Groundwater under the hydrologic influence of the Florida Everglades produces water with high levels of total organic carbon (TOC) and color. Municipalities in South Florida have traditionally used high levels of chlorine to oxidize organic matter to remove it from drinking water. This aggressive chlorinating is known to cause the formation of disinfection by-products such as trihalomethane and haloacetic acid. It was proposed that the removal of organic matter using strong base anion exchange was a relatively low cost solution to the TOC and color problem at Pembroke Pines.
The treatment process consists of four 12’ diameter ion exchange vessels containing 45” of strong base anion exchange resin and support gravel. Water is pumped directly from the wells through the Organix™ ion exchange system to storage and the distribution system.
The ion exchange vessels were designed with a unique domed plate underdrain design, which uniformly distributes flow and allows for painting below the underdrain. Uniform flow reduces head loss across the underdrain system and system-operating pressure. The ability to paint below the underdrain prevents corrosion and ultimately extends vessel life. Tonka Water’s extensive experience with ion exchange treatment technology allowed for a fully optimized system where resin capacity is closely matched with control of brining and regeneration of the media. This allows for the reduction of brine waste and backwash water.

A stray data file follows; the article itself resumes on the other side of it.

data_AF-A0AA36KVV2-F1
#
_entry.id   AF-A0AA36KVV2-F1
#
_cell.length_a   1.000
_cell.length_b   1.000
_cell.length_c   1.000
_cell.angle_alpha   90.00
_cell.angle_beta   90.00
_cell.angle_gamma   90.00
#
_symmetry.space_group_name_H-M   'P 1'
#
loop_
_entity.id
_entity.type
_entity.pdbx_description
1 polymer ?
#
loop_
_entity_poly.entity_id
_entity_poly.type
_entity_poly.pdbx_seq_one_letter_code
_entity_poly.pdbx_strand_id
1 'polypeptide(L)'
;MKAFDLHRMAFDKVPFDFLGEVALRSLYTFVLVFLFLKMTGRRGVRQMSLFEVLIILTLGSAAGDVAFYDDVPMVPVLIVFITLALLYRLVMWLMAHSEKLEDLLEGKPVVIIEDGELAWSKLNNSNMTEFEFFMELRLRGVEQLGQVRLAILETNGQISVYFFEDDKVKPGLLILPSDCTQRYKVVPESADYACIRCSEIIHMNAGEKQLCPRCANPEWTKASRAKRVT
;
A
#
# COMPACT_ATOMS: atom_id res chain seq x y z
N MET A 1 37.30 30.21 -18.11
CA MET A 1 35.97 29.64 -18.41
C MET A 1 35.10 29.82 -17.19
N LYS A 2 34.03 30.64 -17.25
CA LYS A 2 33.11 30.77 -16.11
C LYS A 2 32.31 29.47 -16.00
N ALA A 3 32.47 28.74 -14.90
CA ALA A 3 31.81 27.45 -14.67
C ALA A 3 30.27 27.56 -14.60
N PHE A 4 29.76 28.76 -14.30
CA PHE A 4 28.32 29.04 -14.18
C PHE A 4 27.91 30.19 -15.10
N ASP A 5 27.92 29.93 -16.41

The Tonka Water treatment process has been highly efficient in delivering high quality water as indicated below.